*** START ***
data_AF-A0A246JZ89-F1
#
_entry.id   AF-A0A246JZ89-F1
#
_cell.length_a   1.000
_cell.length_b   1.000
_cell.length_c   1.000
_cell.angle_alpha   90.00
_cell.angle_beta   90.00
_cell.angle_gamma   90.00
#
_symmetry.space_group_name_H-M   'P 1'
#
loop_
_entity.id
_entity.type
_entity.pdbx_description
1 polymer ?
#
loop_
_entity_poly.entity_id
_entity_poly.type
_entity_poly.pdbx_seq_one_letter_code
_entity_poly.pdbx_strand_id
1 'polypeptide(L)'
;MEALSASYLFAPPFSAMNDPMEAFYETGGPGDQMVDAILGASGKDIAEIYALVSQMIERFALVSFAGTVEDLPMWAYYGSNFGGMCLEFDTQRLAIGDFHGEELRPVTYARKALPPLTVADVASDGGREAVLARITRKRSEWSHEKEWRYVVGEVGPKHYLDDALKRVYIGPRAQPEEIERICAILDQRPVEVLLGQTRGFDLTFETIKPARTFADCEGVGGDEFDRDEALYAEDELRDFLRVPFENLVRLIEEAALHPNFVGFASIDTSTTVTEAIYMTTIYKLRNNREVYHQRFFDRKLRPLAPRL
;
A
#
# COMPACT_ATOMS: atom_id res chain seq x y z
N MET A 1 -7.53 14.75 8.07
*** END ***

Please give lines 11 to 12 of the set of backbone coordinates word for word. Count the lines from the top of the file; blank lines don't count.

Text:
#
_symmetry.space_group_name_H-M   'P 1'